The next time you buy medicines, double-check the maximum retail price (MRP) printed on the package. In another instance of price inflation on packages from the same manufacturing batch, the MRP on two packages of Ganolanic, a common antibiotic used for treatment of respiratory infection, purchased from a chemist at Government Medical College and Hospital, Sector 32, showed a significant difference.
A patient, Priti Budhiraja, purchased three strips of the same batch with the same manufacturing and expiry dates; while two had MRP of Rs. 141.50 printed on them, while the third bore Rs. 210. The patient was initially made to pay according to the higher price, that is, Rs. 630 minus the 15% usual discount.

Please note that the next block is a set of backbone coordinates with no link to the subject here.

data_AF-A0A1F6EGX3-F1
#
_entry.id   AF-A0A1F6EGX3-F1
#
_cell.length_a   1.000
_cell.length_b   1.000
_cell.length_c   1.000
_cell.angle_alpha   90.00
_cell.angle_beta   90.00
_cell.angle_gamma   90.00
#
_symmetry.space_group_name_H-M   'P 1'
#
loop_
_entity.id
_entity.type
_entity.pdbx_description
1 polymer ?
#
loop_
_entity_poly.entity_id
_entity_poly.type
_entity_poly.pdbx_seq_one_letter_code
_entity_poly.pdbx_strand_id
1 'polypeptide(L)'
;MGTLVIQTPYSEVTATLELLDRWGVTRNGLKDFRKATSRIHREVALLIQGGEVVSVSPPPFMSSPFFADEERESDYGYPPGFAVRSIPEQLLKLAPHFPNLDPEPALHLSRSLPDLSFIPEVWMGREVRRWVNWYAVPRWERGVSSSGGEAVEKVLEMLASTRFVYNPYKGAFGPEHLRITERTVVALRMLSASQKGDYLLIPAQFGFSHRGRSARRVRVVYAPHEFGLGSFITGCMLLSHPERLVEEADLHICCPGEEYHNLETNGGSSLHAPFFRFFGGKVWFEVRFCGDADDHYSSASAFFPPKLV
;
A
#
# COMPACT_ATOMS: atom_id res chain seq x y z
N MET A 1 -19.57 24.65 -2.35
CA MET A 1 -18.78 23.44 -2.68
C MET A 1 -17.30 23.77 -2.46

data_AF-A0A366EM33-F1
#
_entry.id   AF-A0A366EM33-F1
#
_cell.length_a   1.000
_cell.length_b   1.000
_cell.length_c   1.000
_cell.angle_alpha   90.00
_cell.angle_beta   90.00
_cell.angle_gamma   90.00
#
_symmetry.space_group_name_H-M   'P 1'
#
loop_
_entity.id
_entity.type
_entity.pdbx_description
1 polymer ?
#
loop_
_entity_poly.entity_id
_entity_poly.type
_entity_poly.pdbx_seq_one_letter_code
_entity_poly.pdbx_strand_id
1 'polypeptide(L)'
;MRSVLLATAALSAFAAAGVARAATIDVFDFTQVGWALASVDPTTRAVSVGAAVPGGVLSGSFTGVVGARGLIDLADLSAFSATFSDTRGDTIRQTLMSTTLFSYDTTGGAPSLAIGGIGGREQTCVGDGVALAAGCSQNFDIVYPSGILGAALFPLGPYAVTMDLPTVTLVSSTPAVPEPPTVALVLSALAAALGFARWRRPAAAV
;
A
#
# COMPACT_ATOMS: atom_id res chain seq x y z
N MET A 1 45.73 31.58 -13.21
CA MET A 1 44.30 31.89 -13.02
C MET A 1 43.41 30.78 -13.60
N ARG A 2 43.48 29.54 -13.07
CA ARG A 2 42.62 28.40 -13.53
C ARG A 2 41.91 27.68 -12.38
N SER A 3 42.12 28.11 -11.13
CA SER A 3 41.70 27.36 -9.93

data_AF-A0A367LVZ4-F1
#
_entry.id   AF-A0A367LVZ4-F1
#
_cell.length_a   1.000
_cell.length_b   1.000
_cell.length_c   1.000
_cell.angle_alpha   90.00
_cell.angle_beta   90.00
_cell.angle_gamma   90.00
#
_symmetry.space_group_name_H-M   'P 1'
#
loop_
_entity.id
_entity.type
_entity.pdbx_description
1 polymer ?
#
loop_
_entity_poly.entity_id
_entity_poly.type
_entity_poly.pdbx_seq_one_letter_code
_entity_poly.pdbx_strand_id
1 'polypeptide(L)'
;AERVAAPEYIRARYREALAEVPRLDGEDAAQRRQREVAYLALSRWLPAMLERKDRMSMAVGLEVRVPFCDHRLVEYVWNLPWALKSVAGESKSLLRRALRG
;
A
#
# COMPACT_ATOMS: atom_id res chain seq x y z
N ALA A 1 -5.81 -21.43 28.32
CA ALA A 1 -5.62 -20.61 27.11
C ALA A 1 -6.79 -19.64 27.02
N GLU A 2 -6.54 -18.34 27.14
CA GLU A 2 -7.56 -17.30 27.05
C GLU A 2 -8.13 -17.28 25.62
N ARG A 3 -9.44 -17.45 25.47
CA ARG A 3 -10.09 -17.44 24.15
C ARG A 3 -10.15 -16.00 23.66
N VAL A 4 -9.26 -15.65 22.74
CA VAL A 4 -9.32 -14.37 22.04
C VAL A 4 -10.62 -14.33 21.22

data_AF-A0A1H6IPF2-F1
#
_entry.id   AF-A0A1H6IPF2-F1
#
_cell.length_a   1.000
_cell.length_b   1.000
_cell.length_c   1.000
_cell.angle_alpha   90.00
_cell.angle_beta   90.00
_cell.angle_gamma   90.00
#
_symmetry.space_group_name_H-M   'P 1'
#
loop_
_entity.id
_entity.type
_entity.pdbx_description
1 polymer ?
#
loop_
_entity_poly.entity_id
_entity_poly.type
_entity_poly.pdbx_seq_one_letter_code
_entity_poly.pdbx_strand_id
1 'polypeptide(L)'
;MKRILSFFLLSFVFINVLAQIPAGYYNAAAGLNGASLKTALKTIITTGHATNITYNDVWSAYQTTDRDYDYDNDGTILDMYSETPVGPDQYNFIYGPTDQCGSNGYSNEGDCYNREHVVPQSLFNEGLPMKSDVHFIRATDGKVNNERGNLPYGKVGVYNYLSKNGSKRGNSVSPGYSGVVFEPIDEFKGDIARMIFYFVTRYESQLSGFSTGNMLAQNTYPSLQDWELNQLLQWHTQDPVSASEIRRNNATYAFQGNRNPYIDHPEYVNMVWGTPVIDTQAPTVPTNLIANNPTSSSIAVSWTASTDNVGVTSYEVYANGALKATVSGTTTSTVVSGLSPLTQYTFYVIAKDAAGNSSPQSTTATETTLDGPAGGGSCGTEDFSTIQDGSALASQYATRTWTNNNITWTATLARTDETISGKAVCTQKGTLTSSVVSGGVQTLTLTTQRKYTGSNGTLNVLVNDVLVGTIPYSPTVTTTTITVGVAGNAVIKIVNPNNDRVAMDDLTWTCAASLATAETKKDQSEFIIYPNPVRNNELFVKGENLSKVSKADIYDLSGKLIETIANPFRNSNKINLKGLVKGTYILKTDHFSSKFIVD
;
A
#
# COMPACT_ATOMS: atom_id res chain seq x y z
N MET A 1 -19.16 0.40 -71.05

When Budhiaraja noticed the difference, the chemist prepared a formal invoice as per the lower price; but by then Budhiraja had made up his mind to complain, which he did later.
The medicine is manufactured by Chandigarh-based Gaenr Biotec and was sold by Shiv Medical Store on the GMCH-32 campus. Sourabh Gupta, owner of Shiv Medical Store, said they sold medicines as received from the manufacturer.
"We have sold each strip as per Rs. 141.50. We even issued a bill," said Gupta. But Amit Shur, proprietor of Gaenr Biotec, said the price had been reduced after the new Drug Price Control Order of the government.
On how there was a difference in price within the same batch, he did not elaborate: "Some of the strips bearing the old price might have remained in the market."
The price uploaded on the website of GMCH-32 still lists it at Rs. 210.
The patient, meanwhile, has given a complaint to GMCH additional director (administration) alleging that the chemist charged him the higher price. Dr Atul Sachdev, director-principal of the institute, said he would look into the matter.